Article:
Tuberous sclerosis complex is a genetic disorder that affects approximately 50,000 people in the U.S.
Tuberous sclerosis complex (TSC) can run in families with varying degrees of severity. It affects many organs and may cause non-malignant tumors in the skin, kidney, brain, heart, eyes, lungs, teeth and other organs. It affects individuals of all race and ethnic groups and does not have a gender bias.
The Tuberous Sclerosis Complex Clinic addresses the specific criteria for making a diagnosis and the continued care recommendations for individuals with TSC. Patients have access to physical examination, TAND assessment, diagnostic imaging and genetic testing. It also provides risk assessment and evaluation for other family members, even adults.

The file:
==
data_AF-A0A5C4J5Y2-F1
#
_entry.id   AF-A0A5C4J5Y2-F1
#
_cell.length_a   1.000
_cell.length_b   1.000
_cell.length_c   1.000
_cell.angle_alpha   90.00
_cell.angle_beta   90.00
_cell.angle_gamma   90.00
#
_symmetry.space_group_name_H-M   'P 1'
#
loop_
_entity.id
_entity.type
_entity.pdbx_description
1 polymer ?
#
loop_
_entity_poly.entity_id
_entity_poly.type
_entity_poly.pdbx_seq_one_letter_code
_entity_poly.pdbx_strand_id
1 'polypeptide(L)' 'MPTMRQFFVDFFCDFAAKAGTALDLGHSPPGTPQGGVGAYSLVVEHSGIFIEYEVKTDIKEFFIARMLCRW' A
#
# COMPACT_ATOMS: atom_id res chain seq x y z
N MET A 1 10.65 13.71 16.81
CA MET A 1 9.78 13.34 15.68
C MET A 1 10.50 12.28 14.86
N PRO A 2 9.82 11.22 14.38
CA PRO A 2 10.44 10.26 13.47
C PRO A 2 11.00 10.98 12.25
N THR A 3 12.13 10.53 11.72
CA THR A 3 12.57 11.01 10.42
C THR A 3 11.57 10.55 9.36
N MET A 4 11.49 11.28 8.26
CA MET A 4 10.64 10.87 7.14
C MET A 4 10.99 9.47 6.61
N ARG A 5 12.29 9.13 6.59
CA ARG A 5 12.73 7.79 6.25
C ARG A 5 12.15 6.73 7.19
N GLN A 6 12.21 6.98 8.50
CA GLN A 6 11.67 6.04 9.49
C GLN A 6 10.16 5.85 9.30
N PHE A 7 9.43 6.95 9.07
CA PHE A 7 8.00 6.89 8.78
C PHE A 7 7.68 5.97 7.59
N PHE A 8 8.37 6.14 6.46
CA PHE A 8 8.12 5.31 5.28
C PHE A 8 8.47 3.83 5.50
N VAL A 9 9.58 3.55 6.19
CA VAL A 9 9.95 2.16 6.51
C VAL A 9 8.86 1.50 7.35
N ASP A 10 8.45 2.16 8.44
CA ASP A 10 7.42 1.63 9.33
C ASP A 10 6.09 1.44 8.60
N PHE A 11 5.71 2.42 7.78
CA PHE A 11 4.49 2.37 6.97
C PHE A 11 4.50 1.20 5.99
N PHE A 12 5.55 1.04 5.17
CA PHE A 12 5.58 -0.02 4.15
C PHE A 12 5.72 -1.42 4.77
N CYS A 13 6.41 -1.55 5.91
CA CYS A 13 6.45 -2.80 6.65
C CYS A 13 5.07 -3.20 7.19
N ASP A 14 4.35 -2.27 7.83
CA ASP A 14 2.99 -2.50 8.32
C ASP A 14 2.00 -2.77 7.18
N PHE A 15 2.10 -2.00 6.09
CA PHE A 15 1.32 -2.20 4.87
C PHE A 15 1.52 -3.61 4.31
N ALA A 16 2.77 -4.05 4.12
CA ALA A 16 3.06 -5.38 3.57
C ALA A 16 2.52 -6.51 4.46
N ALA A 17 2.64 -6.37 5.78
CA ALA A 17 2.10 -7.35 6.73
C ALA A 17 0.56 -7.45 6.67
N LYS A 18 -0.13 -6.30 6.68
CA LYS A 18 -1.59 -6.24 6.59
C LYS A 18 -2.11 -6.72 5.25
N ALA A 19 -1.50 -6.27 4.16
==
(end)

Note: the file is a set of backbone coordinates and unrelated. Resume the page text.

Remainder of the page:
The Tuberous Sclerosis Complex Clinic is led by co-directors Danielle Nolan, M.D., a board-certified, fellowship trained pediatric epileptologist and Anne Marie Michon, pediatric epilepsy nurse practitioner. Both specialize in the care of children with
epilepsy, with a focus on underlying genetic etiologies.
The clinic staff includes the following:
- epilepsy nurse practitioner
- nurse coordinator
- board-certified genetic counselor
- medical social worker
The Tuberous Sclerosis Complex Clinic collaborates patient care with other pediatric and adult specialties to include neurosurgery, nephrology, pulmonology, ophthalmology, cardiology and dermatology.